North American Association of State and Provincial Lotteries Where the Money Goes


Beware of fake lottery scams

March 2020 Advisory: As the world navigates through unprecedented challenges, opportunists have come along to take advantage of economic upheaval caused by coronavirus. We have noticed a rise in reported lottery scam attempts and advise consumers to take extreme caution when contacted about a lottery or sweepstakes “prize” that they have “won.”

“You’ve won the lottery!” It’s something that many people want to hear. But most often, those words come through emails, social media and even letters from scammers who are trying to steal your money. The scammers use different company names, the names and logos of legitimate lotteries, and even our association’s logo to give their scam credibility, but they all operate in a similar manner.

We assure you NASPL and all real lotteries are not involved in these schemes. We have spoken with many people who have proceeded into these scams and ended up losing tens of thousands of dollars, but we have not talked with one person who actually ever received their prize. These are very well devised scams and probably involve a large team of criminals who are getting rich or financing terrorism at the expense of innocent people who can least afford to lose money.

The scams often target older people and have been known to wipe out victims’ retirement savings. More and more, however, scammers are taking to social media in order to reach audiences of all ages.

The scams take many forms and the scammers use many tricks. In most cases, the criminals e-mail, message through social media, or call to tell intended victims they have won a large prize, using the name of a major lottery or lottery game to sound official. Sometimes they even pretend to be a real lottery jackpot winner, who promises to share his or her wealth with others.

These scams all have one thing in common: They try to trick you into sending them money or personal information by claiming that you have won a large lottery prize.

If the person is fooled into thinking he or she has won a prize, the crooks usually try to get the person to transfer money for up-front “taxes” or “fees.” They may also try to get the victim to provide them with a bank account number, and they will then clean out that bank account. Another trick is to send the winner a bogus “check” and ask the winner to send money back to cover expenses. It is only after victims have sent their own money that they discover the check they received is counterfeit.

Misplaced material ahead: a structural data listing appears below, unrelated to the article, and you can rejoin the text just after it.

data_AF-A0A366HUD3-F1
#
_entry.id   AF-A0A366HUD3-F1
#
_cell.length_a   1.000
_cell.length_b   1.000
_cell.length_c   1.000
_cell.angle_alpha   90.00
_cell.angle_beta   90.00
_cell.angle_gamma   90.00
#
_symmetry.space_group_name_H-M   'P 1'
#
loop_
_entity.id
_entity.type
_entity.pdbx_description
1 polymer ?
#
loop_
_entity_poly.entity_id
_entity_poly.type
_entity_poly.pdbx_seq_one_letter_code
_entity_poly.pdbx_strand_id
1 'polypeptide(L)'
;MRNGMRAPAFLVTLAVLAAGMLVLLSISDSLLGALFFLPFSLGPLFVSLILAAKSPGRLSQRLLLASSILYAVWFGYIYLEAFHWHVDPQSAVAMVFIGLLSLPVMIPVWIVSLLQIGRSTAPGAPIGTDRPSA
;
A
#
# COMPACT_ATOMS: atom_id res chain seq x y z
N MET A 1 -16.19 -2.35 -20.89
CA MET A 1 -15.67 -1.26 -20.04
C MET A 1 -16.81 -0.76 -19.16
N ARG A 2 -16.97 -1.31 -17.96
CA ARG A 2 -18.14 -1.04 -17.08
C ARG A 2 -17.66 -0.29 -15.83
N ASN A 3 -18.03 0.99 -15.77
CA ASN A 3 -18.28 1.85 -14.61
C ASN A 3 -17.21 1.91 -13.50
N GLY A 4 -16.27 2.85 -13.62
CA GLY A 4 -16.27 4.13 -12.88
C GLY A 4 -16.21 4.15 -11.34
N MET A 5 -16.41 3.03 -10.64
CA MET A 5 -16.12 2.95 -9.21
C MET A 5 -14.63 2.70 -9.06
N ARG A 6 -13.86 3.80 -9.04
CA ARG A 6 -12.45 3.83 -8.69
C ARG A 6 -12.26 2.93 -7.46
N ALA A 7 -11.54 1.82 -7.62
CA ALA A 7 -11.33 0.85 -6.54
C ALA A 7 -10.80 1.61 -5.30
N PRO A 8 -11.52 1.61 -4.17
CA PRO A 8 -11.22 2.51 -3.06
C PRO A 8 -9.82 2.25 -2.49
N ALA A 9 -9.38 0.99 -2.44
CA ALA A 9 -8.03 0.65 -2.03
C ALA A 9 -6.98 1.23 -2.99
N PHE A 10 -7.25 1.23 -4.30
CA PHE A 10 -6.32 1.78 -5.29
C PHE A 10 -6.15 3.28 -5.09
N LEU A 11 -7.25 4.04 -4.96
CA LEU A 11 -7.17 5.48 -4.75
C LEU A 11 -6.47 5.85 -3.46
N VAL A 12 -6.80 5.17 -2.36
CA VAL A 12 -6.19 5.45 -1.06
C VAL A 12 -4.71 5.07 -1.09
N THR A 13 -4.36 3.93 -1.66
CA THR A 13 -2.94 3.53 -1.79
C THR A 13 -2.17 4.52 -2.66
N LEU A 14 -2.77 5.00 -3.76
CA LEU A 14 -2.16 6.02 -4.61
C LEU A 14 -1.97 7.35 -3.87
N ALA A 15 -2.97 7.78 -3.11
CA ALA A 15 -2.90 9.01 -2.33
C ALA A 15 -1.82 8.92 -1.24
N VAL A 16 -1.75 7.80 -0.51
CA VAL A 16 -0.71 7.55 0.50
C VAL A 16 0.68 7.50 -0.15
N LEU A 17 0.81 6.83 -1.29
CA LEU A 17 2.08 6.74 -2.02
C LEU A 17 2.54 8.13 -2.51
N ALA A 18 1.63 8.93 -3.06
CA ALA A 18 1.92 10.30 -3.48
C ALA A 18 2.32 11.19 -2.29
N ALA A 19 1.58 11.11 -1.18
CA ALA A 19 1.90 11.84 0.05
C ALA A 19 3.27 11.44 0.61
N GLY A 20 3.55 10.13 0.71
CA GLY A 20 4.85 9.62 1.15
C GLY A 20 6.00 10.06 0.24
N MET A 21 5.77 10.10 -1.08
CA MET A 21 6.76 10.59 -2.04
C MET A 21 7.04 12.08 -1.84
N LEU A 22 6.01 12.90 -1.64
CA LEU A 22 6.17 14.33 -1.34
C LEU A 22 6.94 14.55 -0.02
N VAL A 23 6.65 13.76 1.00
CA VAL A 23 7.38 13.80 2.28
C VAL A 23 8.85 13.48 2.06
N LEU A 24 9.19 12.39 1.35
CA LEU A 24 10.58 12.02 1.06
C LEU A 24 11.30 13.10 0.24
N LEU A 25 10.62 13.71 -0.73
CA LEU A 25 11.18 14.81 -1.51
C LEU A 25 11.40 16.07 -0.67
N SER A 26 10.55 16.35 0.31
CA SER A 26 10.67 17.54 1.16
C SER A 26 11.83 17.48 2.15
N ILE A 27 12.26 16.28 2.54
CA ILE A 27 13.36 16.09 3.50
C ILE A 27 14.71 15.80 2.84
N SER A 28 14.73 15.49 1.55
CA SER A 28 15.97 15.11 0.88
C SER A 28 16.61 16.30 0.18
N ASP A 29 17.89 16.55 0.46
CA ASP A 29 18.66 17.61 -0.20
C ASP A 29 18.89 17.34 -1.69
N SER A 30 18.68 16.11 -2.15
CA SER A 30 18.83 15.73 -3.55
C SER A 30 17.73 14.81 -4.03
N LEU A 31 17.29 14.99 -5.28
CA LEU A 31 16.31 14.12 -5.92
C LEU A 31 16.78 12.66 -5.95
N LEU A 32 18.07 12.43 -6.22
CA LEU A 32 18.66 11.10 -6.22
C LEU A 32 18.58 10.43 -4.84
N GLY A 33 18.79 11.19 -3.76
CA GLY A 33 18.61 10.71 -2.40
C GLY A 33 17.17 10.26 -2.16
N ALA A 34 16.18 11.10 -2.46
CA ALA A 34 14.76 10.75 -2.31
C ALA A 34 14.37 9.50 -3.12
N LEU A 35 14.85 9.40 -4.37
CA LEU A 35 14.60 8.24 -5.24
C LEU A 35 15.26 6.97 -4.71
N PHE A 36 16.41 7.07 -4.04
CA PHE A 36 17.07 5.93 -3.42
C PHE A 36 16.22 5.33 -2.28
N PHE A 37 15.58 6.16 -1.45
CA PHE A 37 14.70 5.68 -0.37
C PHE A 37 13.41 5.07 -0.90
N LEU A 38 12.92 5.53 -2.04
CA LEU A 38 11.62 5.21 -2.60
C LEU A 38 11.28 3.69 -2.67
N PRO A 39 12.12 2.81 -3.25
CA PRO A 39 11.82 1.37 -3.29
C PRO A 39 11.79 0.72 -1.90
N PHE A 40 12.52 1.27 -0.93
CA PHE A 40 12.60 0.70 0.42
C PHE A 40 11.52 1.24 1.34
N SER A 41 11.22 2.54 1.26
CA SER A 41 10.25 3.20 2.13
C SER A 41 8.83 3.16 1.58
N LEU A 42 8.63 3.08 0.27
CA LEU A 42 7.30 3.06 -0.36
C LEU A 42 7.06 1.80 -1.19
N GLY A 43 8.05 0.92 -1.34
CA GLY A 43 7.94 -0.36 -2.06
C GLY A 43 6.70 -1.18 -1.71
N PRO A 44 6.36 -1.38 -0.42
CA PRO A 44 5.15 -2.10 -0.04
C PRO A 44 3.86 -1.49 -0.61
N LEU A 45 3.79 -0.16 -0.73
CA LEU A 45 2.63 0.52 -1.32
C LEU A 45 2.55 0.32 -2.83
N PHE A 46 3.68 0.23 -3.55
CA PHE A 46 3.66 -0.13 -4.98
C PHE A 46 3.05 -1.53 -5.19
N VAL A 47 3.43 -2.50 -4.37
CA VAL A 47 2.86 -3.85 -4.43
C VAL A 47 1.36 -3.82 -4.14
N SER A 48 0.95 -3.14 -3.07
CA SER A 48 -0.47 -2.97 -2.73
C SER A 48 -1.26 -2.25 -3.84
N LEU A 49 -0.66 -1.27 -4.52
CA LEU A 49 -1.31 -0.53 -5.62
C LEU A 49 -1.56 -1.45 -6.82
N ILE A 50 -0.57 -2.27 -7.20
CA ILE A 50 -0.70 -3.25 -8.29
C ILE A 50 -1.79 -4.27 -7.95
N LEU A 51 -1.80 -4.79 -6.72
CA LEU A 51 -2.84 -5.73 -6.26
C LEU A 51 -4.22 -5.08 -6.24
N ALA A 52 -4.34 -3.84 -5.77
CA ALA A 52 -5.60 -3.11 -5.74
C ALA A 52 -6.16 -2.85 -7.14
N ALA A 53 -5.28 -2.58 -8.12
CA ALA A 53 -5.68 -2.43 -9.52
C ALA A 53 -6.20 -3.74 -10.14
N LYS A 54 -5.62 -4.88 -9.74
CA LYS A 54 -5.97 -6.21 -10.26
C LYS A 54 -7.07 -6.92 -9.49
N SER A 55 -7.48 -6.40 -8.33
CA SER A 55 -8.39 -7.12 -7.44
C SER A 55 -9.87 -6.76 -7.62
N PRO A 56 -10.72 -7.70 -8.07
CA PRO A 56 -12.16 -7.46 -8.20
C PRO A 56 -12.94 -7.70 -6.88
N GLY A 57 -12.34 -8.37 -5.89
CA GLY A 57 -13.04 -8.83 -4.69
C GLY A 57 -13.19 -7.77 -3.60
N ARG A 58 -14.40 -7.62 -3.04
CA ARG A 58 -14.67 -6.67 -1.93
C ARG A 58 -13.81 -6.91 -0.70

Here are some tips that can prevent you from being scammed:

  • If someone says you have won a lottery that you have never played, be suspicious. You can’t win a legitimate lottery if you didn’t buy a ticket.
  • If you are in a jurisdiction that is outside the market area of the lottery or game mentioned as the source of the “prize,” then it is a scam. Real lotteries do not hold “international” sweepstakes, contests or awards for people who live outside their market area.
  • If you have caller-ID on your phone, check the area code when someone calls to tell you you’ve won. If it is from a foreign country, that is a red flag. Also, be aware that some con artists use technology that allows them to disguise their area code; although it may look like they’re calling from your state, they could be anywhere in the world.
  • Be suspicious if an email contains misspellings or poor grammar.
  • If you are told that you need to keep your “win” confidential, be suspicious.
  • No real lottery tells winners to put up their own money in order to collect a prize they have already won. If you have to pay a fee to collect your winnings, you haven’t won.
  • Just because a real lottery or well-known lottery game is mentioned does not necessarily make it a real prize. Someone may be fraudulently using the lottery’s name without its permission or knowledge.
  • Never give out personal information or send money unless you verify the company’s or solicitor’s legitimacy.
  • Be suspicious of any offer that asks to have money sent by Western Union, MoneyGram, Gift Cards or other transfer methods. It is nearly impossible to track payments and recover funds sent to scammers.
  • If they offer to wire the “winnings” directly into your bank account, do not give them your bank account information.
  • If you are told that you can “verify” the prize by calling a certain number, that number may be part of the scam. Instead of calling it, you should look up the name of the lottery or organization on your own to find out its real contact information.
  • If you think someone on the phone is trying to scam you, hang up immediately. If you engage them in conversation, your name and contact information could end up on a list that’s shared with other scammers.

Following is a list of websites for additional information on these and other scams.

(Keep any documents you may receive regarding your scam, including envelopes, letters and checks, in the event that you are contacted by an investigating agency.)

The following agencies all have online forms to fill out to report this type of fraud:

We have come to realize that these schemes have been taking a low priority for these agencies since it is so difficult for them to catch and prosecute the individuals. They often work through fictitious addresses and use disposable cell phones that are difficult to trace. However, the more people that file complaints the more likely these organizations will take action. Right now, the best defense is to educate as many people as possible to let them know about these scams and how they work – and not to get involved.

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